The offices of the newspapers Le Patriote, Tassouman and Abidjan Magazine were ransacked by a group of unidentified persons on 16 October 2002, at 9:30 a.m. (local time).
Reporters Without Borders condemns the attackers. "This state of affairs is intolerable. It constitutes a deliberate attack on press freedom, at a time when the situation in the country makes unrestricted access to information all the more important," stated Reporters Without Borders Secretary-General Robert Ménard in a letter to Communications Minister Séry Bailly. The organisation urged the minister to do everything possible to ensure that such incidents do not reoccur, so that all of the country’s journalists can exercise their profession in a safe environment.
On 16 October, at 9:30 a.m., a group of about 50 unidentified persons in civilian clothes, some of whom were armed, forced their way inside the Mayama Press Group’s building, which houses the offices of Le Patriote and Tassouman, two dailies that support Alassane Dramane Ouattara’s Rassemblement des Républicains party, and the weekly Abidjan Magazine. They ransacked all of the newsroom’s equipment, and notably the press group’s printing equipment.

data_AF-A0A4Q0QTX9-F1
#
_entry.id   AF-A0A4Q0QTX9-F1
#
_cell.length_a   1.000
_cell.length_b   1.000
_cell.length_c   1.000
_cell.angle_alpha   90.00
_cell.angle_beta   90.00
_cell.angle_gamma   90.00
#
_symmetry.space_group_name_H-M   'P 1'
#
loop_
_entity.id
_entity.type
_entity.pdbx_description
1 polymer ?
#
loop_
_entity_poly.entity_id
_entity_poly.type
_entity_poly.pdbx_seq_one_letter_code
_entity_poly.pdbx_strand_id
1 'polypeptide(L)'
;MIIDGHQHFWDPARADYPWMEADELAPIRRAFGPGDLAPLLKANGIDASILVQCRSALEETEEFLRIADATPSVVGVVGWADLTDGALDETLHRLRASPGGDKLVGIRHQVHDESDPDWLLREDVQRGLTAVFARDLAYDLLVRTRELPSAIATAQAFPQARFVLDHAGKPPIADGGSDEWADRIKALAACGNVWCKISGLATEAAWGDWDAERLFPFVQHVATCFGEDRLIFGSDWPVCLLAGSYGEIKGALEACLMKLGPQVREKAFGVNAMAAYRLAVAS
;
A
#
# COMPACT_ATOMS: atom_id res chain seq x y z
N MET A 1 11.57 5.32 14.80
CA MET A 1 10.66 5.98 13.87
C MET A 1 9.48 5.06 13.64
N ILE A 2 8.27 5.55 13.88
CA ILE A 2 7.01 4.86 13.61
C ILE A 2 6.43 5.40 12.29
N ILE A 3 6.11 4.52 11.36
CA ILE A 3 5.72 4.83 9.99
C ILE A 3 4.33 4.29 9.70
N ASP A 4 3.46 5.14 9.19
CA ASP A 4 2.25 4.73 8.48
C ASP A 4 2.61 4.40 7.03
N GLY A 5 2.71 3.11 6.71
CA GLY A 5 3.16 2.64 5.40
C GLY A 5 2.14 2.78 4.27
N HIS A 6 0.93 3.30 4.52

A day after the 19 September attempted coup d’état, several journalists from the daily Le Patriote were threatened and one of them, Mamady Keita, was assaulted by members of a youth movement close to the head of state. Following the incidents, the Mayama Press Group decided to suspend publication of the three newspapers. Le Patriote started publishing again on 10 October, but the daily’s journalists no longer work out of the paper’s newsroom, for obvious security reasons.
In early October, the press group’s management asked the communications minister to take measures to guarantee the security of journalists and newsrooms. The minister responded that it was impossible to place a police officer in every newsroom, on account of the current unrest in the country.